Does any of this sound passive to you? Nothing here would indicate that the Church is supposed to be a bunch of pacifist pansies waiting to take anything and everything the world throws at us. I’m not saying that we literally take up weapons and go to war against the world, but we must know that we are in a spiritual battle. As soon as we forget that we’re in a fight, we’ve already lost.

We are human, but we don’t wage war with human plans and methods. We use God’s mighty weapons, not mere worldly weapons, to knock down the Devil’s strongholds. With these weapons we break down every proud argument that keeps people from knowing God. With these weapons we conquer their rebellious ideas, and we teach them to obey Christ.

2 Corinthians 10:3-5 (NLT)

It’s time to join the resistance.

Daily Bible reading: Proverbs 13-14, 1 Corinthians 16

My place of safety

If you should ever find yourself in danger, what is your first response? Do you stand still calling out hoping for help? Do you wait and complain if help doesn’t come right away? Do you sit down and resign yourself to the situation? I hope not!

If you should ever find yourself in danger, your instinct would be to run. Find a safe place. Look for a refuge. Go there! Now!

Yet how often do we hear Christians say things like, I’ve been waiting on God, but nothing has happened. I guess He doesn’t want to help me. I have yet to discover scripture to back up any sort of statement that says God doesn’t want to help us. In Psalms, David writes over and over again of God’s unfailing love and the fact that He is a shelter, a refuge, a safe place.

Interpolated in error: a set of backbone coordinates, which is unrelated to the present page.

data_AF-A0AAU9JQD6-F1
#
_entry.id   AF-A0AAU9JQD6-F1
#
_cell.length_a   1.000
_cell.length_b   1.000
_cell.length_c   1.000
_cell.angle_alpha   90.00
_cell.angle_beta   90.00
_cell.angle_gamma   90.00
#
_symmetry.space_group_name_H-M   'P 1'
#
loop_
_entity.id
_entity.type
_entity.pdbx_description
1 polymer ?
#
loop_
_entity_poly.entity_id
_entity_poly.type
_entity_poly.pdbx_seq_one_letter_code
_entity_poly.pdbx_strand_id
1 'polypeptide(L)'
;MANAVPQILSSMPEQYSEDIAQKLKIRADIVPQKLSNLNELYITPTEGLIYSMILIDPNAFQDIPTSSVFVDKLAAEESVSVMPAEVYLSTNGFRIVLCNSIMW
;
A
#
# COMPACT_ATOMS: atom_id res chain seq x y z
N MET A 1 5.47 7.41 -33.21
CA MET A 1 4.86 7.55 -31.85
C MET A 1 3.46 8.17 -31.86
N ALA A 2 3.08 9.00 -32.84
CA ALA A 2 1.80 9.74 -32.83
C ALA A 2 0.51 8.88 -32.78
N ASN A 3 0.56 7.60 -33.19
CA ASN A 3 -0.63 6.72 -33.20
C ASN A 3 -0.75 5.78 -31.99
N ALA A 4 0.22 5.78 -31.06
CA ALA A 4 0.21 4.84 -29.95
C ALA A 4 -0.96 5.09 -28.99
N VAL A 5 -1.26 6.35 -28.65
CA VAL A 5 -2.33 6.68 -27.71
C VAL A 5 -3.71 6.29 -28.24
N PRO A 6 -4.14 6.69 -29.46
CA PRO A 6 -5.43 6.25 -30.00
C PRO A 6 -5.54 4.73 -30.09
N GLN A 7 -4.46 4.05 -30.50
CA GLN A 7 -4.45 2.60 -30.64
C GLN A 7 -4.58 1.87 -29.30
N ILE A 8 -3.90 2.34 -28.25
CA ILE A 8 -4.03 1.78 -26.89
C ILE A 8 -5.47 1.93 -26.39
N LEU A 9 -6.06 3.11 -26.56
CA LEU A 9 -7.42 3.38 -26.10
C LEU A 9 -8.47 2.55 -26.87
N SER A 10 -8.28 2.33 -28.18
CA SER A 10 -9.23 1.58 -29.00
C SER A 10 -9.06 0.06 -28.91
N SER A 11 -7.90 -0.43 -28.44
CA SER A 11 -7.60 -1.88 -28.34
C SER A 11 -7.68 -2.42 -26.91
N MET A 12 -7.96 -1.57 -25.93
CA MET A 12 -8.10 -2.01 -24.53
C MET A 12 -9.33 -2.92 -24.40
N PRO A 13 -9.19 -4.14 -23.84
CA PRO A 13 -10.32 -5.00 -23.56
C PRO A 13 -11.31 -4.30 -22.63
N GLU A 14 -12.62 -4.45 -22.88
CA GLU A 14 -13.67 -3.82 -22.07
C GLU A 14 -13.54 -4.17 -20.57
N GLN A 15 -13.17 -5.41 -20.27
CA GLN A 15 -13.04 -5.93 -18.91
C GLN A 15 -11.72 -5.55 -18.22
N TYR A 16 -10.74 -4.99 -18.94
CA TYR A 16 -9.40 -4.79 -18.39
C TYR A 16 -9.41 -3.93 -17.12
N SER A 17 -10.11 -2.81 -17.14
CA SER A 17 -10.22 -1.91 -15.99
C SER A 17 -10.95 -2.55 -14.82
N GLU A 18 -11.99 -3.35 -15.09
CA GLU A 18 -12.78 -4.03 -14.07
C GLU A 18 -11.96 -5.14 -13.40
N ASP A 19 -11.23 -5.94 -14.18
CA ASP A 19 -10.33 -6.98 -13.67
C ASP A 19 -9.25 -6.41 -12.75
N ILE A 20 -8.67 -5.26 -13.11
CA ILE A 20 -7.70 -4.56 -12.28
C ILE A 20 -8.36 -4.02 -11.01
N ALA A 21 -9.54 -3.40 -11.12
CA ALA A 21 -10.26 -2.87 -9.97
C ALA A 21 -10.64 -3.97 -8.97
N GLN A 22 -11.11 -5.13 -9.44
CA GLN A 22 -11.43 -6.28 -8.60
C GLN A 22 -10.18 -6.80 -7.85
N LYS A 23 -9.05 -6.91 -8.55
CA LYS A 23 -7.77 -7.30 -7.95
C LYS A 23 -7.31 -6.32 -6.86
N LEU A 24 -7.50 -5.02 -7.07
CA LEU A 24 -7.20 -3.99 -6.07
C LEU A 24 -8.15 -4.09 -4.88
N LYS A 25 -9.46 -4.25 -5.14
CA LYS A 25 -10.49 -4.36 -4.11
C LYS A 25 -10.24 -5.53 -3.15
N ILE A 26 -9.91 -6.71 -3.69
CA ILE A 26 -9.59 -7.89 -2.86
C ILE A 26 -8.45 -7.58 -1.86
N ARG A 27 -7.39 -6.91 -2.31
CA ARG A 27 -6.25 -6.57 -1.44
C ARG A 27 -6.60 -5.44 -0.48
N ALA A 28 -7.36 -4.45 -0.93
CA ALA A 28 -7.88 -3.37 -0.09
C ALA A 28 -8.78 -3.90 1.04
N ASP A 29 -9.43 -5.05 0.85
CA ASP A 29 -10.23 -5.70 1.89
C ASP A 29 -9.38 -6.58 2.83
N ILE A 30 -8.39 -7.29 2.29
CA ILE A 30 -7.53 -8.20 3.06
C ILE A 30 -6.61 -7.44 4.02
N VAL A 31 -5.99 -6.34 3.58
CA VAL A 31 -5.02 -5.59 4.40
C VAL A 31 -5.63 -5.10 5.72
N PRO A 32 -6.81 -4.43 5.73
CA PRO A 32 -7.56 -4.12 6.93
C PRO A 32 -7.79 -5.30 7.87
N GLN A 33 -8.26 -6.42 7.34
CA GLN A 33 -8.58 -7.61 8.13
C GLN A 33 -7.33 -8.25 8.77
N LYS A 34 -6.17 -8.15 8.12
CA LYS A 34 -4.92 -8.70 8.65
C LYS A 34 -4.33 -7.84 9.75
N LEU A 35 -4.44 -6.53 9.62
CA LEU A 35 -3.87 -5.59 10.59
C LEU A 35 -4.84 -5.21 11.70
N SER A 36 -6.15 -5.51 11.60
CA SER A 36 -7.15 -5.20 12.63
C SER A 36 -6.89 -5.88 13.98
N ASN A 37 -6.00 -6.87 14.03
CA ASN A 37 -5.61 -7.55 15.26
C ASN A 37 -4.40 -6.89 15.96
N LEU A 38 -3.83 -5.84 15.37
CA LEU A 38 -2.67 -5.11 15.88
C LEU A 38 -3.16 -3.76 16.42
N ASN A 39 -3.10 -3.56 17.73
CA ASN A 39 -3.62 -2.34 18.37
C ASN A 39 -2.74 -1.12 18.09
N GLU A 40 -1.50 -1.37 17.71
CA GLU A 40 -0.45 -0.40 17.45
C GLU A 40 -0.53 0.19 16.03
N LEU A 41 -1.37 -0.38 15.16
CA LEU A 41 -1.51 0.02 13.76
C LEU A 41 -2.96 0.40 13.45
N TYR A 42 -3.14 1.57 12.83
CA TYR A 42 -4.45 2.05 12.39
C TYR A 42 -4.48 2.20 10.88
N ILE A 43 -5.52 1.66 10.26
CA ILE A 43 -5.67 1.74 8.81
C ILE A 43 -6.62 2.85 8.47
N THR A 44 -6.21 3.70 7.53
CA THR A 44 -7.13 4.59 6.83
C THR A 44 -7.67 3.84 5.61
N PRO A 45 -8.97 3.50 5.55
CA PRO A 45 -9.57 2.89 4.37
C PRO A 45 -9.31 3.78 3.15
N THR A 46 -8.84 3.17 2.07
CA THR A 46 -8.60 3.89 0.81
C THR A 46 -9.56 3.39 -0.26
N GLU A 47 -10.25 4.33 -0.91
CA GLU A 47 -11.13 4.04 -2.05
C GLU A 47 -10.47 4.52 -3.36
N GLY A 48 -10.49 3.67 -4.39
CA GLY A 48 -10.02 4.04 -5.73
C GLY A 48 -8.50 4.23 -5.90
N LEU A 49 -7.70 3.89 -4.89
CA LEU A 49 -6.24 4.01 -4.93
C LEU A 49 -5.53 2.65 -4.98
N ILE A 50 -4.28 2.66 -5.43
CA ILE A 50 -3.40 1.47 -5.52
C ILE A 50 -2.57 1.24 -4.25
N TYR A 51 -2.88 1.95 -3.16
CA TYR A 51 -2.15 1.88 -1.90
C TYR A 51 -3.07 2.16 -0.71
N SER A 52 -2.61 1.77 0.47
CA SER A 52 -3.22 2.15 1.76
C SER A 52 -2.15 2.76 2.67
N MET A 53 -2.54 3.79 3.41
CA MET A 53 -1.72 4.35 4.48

You are my strength; I wait for you to rescue me,
for you, O God, are my place of safety.

Psalm 59:9 (NLT)

O my Strength, to you I sing praises,
for you, O God, are my refuge,
the God who shows me unfailing love.

Psalm 59:17 (NLT)

Though David waits on God, that doesn’t mean he’s inactive. Look back at the times when he was in trouble, surrounded by his enemies. Never once did David just stand there in the middle of a battle field claiming to wait on God. There were times when he went into hiding for his own protection and there were times when he suited up and marched into battle. God was with him in hiding and fighting for him in the battle.

When you feel as though you’re surrounded by an enemy, that is not the time to sit down and give up on God. That is the time to look for your safe place. Your refuge.

REFUGE: Shelter or protection from danger or distress; a stronghold which protects by its strength or a sanctuary which secures safety by its sacredness; any place inaccessible to an enemy.

A refuge is not a moment in time. It’s a place. A place doesn’t come to you. You need to go to a place. Our safety and refuge is found in God. He has promised never to leave us, so when the enemy comes, we must go to Him. Don’t stand and wait. Run. Go to the place that is inaccessible to your enemy—God, your place of safety.

Daily Bible reading: Psalm 59-61, Acts 28:16-31